When the pandemic struck,
we couldn't get to within six feet of each other,
because of the special hoopskirts we wore.
We'd crowd into the deli
like fat-bodied bass,
mouths open, head back,
as the deli workers handed out samples
of proscuitto, roast beef and swiss
attached to the ends of long fishing poles.
Sometimes a piece would drop to the floor
and there'd be a mad scramble,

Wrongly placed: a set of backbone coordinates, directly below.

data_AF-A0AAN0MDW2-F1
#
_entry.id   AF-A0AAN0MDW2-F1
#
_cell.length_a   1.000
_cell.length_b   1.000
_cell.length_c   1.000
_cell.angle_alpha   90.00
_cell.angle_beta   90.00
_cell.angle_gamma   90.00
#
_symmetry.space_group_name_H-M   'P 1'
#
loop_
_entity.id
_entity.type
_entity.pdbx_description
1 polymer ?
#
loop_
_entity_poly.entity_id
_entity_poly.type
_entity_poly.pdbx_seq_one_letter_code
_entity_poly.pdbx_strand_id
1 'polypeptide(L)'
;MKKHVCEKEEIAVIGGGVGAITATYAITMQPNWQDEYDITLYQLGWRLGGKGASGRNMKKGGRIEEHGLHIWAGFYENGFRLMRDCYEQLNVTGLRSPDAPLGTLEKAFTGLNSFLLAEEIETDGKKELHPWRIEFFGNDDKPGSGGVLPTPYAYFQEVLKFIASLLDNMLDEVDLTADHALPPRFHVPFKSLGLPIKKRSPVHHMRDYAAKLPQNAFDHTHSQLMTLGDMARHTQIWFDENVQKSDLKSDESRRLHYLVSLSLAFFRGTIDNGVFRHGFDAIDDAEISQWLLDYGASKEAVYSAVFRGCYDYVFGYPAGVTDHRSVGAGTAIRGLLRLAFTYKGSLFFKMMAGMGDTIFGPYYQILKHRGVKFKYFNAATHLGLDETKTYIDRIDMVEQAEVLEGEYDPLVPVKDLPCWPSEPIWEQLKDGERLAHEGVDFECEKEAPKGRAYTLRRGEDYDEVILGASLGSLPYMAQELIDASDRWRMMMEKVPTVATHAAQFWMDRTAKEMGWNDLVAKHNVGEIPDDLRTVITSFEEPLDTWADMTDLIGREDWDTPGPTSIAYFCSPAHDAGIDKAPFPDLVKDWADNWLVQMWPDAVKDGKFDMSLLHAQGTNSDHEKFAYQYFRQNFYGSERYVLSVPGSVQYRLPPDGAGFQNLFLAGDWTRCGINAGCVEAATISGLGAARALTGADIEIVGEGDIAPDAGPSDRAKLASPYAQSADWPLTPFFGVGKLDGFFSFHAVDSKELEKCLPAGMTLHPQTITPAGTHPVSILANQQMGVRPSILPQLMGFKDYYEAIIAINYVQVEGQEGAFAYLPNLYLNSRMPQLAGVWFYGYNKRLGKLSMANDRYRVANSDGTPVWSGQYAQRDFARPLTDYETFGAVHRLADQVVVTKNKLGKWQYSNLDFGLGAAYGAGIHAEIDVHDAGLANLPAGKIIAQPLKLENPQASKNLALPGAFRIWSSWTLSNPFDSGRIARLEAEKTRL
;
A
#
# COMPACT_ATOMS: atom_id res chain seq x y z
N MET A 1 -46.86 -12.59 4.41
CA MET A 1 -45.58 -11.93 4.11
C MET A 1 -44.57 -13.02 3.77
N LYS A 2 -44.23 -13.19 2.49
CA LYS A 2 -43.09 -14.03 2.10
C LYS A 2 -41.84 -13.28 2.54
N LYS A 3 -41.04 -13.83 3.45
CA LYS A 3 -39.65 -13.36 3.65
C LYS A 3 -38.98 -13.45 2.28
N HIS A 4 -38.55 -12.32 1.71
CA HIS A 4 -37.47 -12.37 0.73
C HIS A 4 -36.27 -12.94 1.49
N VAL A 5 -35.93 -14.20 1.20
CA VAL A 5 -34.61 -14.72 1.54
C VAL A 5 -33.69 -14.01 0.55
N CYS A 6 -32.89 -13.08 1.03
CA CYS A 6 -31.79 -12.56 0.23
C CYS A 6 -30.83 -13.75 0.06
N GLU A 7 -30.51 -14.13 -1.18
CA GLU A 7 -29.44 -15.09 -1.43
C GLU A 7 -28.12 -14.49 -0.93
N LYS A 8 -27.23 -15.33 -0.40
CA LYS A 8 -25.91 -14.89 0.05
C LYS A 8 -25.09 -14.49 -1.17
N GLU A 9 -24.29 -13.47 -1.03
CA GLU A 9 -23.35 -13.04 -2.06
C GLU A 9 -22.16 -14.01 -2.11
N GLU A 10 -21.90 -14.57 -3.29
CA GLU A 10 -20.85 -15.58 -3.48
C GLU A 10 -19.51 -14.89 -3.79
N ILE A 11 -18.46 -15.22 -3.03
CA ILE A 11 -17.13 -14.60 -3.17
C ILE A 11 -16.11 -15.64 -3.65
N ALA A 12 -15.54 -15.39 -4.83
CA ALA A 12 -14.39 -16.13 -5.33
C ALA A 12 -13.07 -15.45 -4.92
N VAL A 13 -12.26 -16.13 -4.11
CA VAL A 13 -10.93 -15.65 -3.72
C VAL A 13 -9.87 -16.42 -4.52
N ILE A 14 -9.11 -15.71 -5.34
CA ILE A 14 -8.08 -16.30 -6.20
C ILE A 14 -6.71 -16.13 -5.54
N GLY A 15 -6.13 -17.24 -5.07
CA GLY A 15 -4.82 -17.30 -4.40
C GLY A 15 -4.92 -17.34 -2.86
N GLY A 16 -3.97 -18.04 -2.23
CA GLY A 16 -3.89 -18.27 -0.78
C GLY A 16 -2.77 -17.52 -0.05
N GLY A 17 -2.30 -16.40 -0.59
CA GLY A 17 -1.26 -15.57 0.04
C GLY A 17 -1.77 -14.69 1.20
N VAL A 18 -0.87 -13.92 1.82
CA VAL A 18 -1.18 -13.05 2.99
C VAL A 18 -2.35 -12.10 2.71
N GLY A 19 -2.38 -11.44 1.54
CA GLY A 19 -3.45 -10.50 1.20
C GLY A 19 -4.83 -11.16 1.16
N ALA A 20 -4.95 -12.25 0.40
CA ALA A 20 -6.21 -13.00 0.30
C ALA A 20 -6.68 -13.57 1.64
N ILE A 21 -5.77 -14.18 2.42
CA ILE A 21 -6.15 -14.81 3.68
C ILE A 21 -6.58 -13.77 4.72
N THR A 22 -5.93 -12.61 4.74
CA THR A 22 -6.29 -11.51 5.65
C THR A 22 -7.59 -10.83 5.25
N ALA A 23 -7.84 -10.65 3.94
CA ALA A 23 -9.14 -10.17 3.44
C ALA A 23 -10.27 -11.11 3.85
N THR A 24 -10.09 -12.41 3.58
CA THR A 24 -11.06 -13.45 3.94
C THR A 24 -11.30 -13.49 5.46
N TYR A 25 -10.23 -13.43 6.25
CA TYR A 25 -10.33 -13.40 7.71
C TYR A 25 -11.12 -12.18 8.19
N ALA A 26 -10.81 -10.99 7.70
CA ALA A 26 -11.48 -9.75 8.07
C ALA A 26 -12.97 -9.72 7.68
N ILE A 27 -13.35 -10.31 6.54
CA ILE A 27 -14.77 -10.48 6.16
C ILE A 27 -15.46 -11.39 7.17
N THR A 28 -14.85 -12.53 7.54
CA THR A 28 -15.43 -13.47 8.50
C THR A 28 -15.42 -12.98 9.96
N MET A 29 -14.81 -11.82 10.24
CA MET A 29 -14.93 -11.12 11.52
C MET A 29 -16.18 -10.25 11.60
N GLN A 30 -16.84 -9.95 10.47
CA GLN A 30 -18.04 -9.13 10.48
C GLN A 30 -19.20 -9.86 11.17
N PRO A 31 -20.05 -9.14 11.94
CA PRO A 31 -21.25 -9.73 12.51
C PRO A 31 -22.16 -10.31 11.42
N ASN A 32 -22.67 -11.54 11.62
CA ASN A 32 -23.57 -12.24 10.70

bodies teetering on the verge of toppling,
but the hoopskirts kept us upright.
Tiny dogs would race about our ankles
to gobble up the unexpected treats.
The turkey breast, smoked ham and provolone
would eventually run out,
the deli workers' arms would tire,
and the shop owner would sound the alarm.
We had five minutes to take our mouths and go.
The shop door was narrow
and it was like swimming upstream.
Every now and then, one of us wouldn't make it,
the door would close to the sound of gulping air.